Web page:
Kimberly Garza discusses bringing a community to life at the English Reading Series.
Most writers will tell you that it’s hard enough to write a lifelike character. But how about writing many characters in relation to each other—an interlocking web of complex, believable individuals?
At the October 21, 2022, English Reading Series, attendees were treated to a crash course in writing a community. The reading featured author Kimberly Garza, who read from and discussed her new novel The Last Karankawas, which centers on a community of Filipino and Mexican Americans over the course of several decades in a neighborhood in Galveston, Texas.
In between reading excerpts from the novel, Garza explained how The Last Karankawas uses a number of literary techniques to highlight the importance of people in the community while establishing the common threads between them. Rather than following a single narrative arc, the book is composed of a number of vignettes. “It’s really a book in many stories and many kinds of voices about belonging to a place and belonging to a people,” Garza said. The vignettes are connected by shared characters, but perspective and time shift over the course of the novel.
The first chapter in the book uses the first-person plural, taking the point of view of the community as they prepare for a traditional Filipino Catholic festival.
Garza read, “We stand on the concrete, ducking into the windows of one another’s parked cars to chat, or we sit inside with the AC blasting, or we lean against the walls and watch twilight draw shadows like a dark veil around the church.”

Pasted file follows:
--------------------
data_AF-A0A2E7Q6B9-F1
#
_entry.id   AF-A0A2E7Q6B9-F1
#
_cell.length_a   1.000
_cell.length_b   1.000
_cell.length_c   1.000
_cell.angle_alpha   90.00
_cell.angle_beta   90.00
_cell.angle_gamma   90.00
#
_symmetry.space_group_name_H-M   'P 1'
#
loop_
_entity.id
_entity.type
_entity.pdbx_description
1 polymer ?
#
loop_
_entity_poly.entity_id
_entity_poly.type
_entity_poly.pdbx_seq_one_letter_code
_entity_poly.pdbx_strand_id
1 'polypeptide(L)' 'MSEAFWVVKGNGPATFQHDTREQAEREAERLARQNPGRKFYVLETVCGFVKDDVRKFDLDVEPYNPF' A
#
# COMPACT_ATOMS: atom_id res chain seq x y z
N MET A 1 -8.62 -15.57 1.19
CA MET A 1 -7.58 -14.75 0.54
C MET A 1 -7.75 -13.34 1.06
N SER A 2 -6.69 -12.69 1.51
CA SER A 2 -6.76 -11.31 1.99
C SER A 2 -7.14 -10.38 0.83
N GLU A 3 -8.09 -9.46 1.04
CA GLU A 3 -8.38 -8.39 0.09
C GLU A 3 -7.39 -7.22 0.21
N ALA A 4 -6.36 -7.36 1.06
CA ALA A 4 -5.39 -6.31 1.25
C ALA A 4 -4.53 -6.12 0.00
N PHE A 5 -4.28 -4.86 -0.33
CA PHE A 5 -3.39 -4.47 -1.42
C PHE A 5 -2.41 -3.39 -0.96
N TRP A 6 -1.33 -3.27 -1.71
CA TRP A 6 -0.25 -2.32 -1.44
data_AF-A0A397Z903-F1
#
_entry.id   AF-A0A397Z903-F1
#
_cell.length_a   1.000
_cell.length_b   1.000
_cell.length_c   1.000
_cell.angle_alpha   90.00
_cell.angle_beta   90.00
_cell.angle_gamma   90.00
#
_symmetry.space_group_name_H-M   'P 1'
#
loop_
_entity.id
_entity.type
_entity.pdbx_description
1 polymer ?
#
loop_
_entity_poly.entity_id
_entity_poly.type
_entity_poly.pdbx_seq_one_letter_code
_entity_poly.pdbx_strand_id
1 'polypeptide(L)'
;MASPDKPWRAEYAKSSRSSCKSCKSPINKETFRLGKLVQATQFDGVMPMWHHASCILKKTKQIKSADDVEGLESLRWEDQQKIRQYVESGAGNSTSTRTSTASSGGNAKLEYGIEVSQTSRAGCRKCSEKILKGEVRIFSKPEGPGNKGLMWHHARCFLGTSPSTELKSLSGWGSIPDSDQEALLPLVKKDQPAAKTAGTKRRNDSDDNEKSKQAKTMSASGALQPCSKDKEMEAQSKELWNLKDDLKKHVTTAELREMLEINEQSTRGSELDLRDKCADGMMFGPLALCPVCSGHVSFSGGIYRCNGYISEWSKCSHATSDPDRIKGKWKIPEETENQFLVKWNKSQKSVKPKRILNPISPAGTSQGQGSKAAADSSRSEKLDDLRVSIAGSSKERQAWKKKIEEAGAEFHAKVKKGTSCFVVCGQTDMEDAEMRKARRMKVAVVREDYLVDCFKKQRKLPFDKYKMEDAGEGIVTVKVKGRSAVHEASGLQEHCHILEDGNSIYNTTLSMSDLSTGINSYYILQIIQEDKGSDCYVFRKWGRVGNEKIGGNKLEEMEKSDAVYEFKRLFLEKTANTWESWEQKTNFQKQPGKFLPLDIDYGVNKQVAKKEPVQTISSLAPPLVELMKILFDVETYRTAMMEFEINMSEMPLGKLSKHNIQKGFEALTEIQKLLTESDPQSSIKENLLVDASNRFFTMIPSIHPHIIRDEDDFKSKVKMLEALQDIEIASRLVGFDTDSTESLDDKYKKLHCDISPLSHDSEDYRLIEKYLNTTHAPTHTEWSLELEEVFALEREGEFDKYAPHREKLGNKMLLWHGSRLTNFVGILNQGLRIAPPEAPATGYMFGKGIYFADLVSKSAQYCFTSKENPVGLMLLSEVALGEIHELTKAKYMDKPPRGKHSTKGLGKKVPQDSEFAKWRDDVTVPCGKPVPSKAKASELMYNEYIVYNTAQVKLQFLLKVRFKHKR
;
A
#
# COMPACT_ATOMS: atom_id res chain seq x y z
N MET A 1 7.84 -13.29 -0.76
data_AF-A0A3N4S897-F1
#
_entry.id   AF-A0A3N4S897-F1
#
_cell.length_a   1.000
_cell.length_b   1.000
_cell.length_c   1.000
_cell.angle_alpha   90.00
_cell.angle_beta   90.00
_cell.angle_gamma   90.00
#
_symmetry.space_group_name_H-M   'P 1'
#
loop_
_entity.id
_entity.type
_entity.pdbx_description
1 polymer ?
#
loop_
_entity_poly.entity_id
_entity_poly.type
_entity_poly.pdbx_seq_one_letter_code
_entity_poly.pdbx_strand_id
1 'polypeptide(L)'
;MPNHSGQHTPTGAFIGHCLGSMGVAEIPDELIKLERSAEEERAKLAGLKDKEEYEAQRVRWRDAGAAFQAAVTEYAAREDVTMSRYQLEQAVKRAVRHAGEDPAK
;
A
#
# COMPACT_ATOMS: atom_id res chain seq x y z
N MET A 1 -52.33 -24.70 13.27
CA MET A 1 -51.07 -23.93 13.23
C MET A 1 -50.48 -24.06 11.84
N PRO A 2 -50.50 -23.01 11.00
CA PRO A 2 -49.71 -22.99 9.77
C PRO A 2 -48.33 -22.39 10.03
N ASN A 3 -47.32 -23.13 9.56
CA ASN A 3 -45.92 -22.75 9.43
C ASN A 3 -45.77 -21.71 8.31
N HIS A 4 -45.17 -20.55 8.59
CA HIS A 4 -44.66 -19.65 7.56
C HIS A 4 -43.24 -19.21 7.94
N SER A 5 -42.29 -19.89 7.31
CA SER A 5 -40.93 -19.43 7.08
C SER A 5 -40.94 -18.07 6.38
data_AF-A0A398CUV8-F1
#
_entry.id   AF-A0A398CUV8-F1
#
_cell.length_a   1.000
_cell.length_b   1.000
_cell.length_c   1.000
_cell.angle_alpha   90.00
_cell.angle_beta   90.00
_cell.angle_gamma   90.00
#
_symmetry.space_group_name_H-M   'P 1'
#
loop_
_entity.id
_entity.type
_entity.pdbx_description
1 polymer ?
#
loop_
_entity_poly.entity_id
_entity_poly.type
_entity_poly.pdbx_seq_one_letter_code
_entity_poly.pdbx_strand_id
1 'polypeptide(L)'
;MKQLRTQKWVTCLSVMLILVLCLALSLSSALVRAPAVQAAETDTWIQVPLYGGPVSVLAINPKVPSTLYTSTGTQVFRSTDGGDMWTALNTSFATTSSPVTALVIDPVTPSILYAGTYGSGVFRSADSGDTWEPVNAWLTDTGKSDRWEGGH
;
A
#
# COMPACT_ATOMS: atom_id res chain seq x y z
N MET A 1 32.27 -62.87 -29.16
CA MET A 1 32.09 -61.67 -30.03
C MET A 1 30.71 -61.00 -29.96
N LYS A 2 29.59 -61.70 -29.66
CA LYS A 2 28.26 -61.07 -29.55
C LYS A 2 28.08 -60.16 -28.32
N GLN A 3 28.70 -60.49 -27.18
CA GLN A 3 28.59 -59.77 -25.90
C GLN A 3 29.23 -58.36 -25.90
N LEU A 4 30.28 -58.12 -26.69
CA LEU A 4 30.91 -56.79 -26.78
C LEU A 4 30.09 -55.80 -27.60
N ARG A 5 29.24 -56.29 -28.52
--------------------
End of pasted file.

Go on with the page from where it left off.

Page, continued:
Subsequent chapters take different voices and perspectives as they focus on different characters. One recurring character throughout the book is Carly, whom the reader meets as a six-year-old in the first chapter but who progresses over the book into a rebellious teenager and then a young adult grappling with the effects of Hurricane Ike (which really struck Galveston in 2008).
These shifts in perspective allow Garza to explore how the community changes and adapts to change through the eyes of its individual members. Following the reading, she remarked, “I really cared about the idea of writing this from different perspectives. . . . The challenge became ‘how do I write each character’s voice?’ Whether it’s the first person, as some of these stories are; whether it’s third person; or whether it’s some combination.”
Garza also discussed the process of writing the book, which took a winding route from initial conception to publication.
“I wrote what would end up being the title story of this book not very long after Hurricane Ike made landfall and devastated Galveston,” she said.
The story was originally meant to be a standalone short work inspired by the hurricane, but when she returned to the story years later, she found that the characters “were still present and had things to say and had friends and neighbors who wanted their stories told, too.” So she began crafting a narrative around this community of characters and plotting their relationships, with Hurricane Ike serving as a sort of focal point for the narrative.
“That was the first time I really got to stick with these people over many years of their life,” Garza explained. She said it was challenging to flesh out the characters and plotline of The Last Karankawas, but the experience helped her learn more about her own community, the community she created in the story, and the writing process as a whole. “It taught me a lot about how to write a novel,” she concluded.